Scientists say we need to be on the lookout for 3 deadly diseases caused by lethal viruses: Middle East Respiratory Syndrome (MERS-CoV), Lassa fever (LASV), and Nipah virus infection (NiV). Let’s talk about Nipah Virus because it is kind of special. It was discovered first in my country (Malaysia). Before we go further, here’s a short video clip on how NiV spreads, courtesy of PBS.
Yes, you just saw a fruit bat urinated. Worst, the fruit bat was actually urinating in a collecting pot where people collected the sap to be made into palm wine. If you want to read more about this, NPR has you covered. The purpose of this short article is to go through the story behind the discovery of this virus by Dr. Kaw Bing Chua when he was at the University of Malaya (UM) as a graduate student.
The outbreak of Nipah virus perhaps at first did not receive a considerable attention from the federal government. The federal government at first thought it was caused by mosquitoes (Japanese encephalitis virus, JEV), so they had mosquitoes protocol in place to contain the outbreak. However, Chua and a handful of people realized something did not add up: only those who specifically had contacts with pigs were infected.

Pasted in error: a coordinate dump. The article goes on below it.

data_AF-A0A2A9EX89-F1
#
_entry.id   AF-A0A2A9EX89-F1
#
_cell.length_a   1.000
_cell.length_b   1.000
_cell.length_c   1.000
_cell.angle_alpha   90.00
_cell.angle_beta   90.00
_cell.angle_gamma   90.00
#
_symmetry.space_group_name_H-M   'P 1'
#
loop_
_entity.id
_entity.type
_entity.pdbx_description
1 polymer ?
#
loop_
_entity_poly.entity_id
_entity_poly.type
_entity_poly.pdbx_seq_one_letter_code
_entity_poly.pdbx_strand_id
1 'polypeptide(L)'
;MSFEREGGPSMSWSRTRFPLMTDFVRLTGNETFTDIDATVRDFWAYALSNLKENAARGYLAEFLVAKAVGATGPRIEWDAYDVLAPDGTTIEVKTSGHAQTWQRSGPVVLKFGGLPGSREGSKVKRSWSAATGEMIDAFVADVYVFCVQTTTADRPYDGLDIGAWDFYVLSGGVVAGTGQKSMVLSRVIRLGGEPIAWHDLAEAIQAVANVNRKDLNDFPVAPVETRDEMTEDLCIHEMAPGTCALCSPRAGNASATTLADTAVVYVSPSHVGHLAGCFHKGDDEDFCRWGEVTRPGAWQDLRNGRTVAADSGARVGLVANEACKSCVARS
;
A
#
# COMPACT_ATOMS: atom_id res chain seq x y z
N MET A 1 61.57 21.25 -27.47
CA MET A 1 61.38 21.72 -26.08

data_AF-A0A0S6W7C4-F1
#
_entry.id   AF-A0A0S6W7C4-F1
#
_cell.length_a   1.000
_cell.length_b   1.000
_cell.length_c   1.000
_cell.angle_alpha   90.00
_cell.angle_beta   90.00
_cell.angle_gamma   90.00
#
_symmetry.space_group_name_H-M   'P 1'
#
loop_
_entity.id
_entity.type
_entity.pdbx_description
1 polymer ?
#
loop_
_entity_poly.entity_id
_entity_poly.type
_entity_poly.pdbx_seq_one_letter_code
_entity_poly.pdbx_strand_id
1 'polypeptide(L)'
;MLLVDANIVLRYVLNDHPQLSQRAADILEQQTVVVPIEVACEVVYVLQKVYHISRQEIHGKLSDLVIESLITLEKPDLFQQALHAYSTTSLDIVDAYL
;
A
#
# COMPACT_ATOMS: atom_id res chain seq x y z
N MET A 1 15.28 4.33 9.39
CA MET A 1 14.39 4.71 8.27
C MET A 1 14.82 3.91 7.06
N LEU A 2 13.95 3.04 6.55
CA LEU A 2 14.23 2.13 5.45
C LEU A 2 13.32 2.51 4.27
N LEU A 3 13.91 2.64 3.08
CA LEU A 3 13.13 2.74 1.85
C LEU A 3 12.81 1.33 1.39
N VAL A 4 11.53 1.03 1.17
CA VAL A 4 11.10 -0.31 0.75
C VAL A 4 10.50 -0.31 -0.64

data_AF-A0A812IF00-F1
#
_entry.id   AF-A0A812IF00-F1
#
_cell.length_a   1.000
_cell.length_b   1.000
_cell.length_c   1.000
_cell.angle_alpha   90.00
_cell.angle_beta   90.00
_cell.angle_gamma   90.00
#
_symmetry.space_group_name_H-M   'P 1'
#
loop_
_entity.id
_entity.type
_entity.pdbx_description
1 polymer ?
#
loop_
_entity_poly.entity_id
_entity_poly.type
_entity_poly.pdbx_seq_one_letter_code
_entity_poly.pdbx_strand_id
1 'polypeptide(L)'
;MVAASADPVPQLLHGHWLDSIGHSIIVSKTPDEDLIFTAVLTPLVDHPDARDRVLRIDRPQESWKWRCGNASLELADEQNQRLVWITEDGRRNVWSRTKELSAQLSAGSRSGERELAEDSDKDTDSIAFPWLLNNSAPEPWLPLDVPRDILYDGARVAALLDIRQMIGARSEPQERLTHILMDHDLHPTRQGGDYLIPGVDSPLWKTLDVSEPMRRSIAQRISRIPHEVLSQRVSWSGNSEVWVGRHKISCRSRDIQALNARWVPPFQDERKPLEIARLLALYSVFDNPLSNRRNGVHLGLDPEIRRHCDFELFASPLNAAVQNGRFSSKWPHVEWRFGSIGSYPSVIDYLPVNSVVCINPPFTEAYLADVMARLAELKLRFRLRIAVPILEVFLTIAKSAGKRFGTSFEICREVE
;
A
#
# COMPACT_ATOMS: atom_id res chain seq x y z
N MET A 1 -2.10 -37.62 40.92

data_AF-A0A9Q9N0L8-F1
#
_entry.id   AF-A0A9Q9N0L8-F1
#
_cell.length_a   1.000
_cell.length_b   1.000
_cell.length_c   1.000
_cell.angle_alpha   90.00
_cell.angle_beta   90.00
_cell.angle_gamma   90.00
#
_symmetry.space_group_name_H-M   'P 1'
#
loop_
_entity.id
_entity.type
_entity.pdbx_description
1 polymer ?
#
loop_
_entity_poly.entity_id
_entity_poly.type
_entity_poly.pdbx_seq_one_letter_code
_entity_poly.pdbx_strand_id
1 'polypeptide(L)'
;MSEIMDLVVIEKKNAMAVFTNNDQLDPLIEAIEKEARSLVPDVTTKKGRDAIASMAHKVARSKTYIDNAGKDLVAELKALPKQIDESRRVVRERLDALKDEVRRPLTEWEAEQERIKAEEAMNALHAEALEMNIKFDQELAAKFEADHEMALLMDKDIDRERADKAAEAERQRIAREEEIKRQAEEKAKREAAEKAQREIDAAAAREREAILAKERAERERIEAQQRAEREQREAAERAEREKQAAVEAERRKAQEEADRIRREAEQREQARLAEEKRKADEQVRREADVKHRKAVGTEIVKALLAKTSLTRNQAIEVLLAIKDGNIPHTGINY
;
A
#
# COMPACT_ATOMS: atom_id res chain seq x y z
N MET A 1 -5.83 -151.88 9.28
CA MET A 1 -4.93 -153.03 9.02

So how did the pigs got the virus? It turned out, pigs got it from bats. And human got it from pigs. If this does not sound scary enough to you, consider this: it is rare for viruses to jump into different hosts. Of course, there are some exceptions like the influenza A virus (IAV). But when they jump, they can cause very serious trouble like the Ebola virus (EBOV). However, this jumping thing does not take place overnight. It usually takes years, and often caused by deliberate contact.
In 2004, Chua published a memoir on Neurology Asia (The discovery of Nipah Virus: A Personal Account), telling the story about his discovery of the deadliest paramyxovirus. The disease caused a frightening illness: swollen brain and the disease progression was rapid. While the disease was ravaging people, Chua found some clues into the case but he was repeatedly ignored by the higher-ups.
Finally, Chua convinced the head of department that Malaysia was dealing with something that had not been observed before after he had gone through series of identification. Chua further convinced that an international assistance was crucial to containing the outbreak before it was spiraling out of control. Chua received a US Visa shortly afterward and he was scheduled to arrive at Fort Collins (CDC). Scientists at CDC and Chua finally nailed it down: it was a novel paramyxovirus, which means all the control measures against JEV was rather useless.
Brief timeline of the NiV incident. CC-BY 4.0
Chua ended his memoir with an advice: RT-PCR and serological assay failed him. I found 2 papers authored by Chua, both published in October 1999 and another one in 2003.
- (Chua et al., October 1999) Fatal encephalitis due to Nipah virus among pig-farmers in Malaysia, DOI:10.1016/S0140-6736(99)04299-3